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Dogon Beads - A Dutch, or German Inception?

The minefield of African bead history is certainly a fascinating one. More so, when their origins are questionable, and even contradicted by archaeological findings and ancient documents.

It's basically science vs. written evidence – and such was the case for the controversy relating to old Dogon Beads, a multitude of which we are fortunate to have here at The Bead Chest.

Old and Antique Dogon Beads Characteristics

Antique Dogon Beads are distinguished by a rough texture; chunky, rotund characteristics and a certain region of Africa – in which they are found in abundance. The Dogon people are a tribal collective comprising a large proportion of the Bandiagara populus – Bandiagara being located within Mali.

Dogon Beads are still prominent in supply here, since the Dogon tribe favored these trade beads amongst all others, accepting them graciously in return for furs, fuels and even slaves between the 18th-20th Centuries.

The Origin & History of Dogon Beads

There is however, a great deal of uncertainty about the origin of these trade beads. It was predominantly Dutch explorers whom introduced these trade beads to the Dogon tribes, yet little is known where they obtained them in such vast quantities.

Origins in Amsterdam and Germany

We know from the survival of mosaic gardens within the “Zaanstreek” area of Amsterdam (from the 18th/ 19th Centuries) that wound beads of this variant most definitely were easy to obtain, and held great decorative value. A garden in “Broek in Waterland” just north of Amsterdam survives to this day.

Speculation is also rife that these African tribal beads actually originate from Germany, from a thriving 19th Century production era often referred to as “Glasperlen”.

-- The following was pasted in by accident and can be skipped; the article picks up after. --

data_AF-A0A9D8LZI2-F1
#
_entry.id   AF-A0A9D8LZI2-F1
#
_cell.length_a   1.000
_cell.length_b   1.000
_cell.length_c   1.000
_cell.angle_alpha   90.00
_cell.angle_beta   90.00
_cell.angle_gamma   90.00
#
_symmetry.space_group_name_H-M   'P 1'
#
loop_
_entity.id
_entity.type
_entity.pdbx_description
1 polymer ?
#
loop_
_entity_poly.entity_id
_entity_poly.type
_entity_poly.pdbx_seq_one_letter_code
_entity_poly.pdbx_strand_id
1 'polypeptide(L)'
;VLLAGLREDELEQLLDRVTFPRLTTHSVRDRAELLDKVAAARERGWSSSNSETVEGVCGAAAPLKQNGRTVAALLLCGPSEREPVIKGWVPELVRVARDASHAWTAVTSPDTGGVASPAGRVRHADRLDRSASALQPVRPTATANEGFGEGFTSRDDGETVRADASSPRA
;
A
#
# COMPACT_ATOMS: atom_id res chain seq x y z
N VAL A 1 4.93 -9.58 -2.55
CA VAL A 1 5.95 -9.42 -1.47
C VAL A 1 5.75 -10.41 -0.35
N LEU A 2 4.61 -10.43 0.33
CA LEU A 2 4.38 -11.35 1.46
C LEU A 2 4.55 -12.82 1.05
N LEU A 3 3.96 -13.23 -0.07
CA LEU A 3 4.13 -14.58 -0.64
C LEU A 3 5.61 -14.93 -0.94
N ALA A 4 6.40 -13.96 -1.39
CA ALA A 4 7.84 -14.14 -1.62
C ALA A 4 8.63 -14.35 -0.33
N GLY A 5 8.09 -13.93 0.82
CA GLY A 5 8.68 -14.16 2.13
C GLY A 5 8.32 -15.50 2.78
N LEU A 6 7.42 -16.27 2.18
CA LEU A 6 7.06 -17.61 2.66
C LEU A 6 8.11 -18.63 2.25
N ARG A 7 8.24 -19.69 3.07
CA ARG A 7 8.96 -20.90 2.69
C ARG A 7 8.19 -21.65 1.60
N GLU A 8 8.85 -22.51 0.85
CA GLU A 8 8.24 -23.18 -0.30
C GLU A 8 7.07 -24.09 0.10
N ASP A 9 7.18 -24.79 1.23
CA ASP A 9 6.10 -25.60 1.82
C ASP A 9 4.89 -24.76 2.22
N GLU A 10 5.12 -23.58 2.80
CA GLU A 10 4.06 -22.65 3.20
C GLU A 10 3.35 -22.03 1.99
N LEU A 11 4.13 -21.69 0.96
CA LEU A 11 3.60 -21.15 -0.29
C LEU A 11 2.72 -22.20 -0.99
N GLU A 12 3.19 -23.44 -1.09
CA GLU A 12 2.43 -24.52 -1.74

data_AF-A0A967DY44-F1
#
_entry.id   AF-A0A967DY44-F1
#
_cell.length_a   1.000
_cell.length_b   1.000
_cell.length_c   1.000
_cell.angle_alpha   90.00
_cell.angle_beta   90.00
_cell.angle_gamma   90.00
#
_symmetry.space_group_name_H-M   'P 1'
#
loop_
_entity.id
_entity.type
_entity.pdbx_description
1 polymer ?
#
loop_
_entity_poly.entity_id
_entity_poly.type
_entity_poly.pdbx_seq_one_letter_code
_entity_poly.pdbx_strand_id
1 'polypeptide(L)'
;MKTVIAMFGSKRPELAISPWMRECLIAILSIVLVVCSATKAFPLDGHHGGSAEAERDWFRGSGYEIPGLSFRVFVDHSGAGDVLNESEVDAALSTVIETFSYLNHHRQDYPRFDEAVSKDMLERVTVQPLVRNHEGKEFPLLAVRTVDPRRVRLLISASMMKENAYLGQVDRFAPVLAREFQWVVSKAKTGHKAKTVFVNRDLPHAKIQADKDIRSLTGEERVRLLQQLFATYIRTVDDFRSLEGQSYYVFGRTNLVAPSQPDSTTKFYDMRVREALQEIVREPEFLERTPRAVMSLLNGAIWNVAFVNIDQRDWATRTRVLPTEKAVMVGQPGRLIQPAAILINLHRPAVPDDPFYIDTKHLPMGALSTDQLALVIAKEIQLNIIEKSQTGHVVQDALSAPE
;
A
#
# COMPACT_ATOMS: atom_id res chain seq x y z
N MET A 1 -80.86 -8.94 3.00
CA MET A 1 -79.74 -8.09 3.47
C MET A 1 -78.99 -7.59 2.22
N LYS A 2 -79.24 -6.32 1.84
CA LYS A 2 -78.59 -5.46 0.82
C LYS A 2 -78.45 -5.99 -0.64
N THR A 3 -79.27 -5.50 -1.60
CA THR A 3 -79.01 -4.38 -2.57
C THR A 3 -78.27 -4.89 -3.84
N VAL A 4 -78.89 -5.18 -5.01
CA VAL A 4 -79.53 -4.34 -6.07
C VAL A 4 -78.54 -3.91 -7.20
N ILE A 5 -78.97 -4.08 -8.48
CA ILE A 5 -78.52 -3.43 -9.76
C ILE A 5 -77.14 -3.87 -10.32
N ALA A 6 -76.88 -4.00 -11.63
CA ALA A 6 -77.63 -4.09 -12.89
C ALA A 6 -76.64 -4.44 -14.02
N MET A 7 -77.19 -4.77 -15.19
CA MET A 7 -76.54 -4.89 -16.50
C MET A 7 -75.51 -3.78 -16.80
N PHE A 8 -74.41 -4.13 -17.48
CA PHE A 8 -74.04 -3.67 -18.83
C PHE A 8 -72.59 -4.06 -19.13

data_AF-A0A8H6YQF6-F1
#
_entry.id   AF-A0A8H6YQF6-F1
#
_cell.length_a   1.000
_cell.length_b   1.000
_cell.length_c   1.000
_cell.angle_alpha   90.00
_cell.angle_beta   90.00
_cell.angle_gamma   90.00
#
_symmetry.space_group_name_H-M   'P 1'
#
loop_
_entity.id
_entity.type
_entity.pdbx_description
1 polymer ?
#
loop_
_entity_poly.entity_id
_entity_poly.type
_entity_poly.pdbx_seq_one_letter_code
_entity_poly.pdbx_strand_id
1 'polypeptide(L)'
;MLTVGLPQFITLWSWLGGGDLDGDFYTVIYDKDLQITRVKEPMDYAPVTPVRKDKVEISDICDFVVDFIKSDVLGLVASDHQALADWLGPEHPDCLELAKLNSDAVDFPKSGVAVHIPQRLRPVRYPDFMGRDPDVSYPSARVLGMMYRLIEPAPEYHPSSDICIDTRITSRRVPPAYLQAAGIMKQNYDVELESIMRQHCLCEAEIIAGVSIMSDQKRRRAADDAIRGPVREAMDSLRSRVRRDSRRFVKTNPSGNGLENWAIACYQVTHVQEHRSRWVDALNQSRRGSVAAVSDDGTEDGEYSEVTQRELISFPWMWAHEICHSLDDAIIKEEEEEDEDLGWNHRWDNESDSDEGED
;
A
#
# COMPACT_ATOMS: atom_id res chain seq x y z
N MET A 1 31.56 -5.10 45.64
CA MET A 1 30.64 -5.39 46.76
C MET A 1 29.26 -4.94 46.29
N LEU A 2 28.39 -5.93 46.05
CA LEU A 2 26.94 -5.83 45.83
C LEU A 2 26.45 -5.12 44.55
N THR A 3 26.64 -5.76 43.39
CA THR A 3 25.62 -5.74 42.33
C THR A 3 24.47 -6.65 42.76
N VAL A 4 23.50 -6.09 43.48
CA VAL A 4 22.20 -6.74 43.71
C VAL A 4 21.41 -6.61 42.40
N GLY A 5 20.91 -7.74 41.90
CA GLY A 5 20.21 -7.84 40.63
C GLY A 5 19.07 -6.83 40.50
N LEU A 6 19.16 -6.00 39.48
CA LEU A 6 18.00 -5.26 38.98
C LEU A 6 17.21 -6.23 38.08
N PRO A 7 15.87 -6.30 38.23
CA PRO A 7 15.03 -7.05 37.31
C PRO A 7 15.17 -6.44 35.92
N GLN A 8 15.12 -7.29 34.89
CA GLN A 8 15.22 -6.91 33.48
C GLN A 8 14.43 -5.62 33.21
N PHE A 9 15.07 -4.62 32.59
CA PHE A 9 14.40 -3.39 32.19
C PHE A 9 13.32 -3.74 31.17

Original Production

Production of the humble blown glass bauble, commonly used to decorate Christmas trees actually originates within the German region of Thuringia, in a small town known as Lauscha – and it dates back to the 16th Century!

Christoph Müller and Hans Greiner set up the first glass-works within the town, which bore all the right ingredients for glass production – a plentiful timber forest, and sand. From surviving artifacts, we can confirm that glass beads of the wound variety were most definitely produced here, and the neighboring town of Jena carried it on well into the 19th Century.

Deciphering the Origins of Old, Antique Dogon Beads

So, whose responsible for antique Dogon Beads? Recent findings by the City of Amsterdam authorities in 2006 suggest the old Dogon Bead origin is most probably Dutch.

A significantly large glass bead factory known as “Der Twee Rozen” existed within an area of the city known as ‘Rozengracht’; archaeological findings from the 2006 dig including a vast quantity of wound beads, along with the fritt and kilns required for mass production.

Historic documents also suggest the factory was in operation for over 20 years, and started life in 1657.

But this is a whole 60 years after the Lauscha factory opened!

A credible argument, however the factual evidence relating to European exploration is able to help shed some light on the situation. Quite simply, Dutch explorers were among the first (apart from the Spanish) to set sail from Europe, and land in Africa. From this small detail, we can probably glean that they were also the first to introduce Dogon Beads to Mali, and more than likely were producing them on their own doorstep!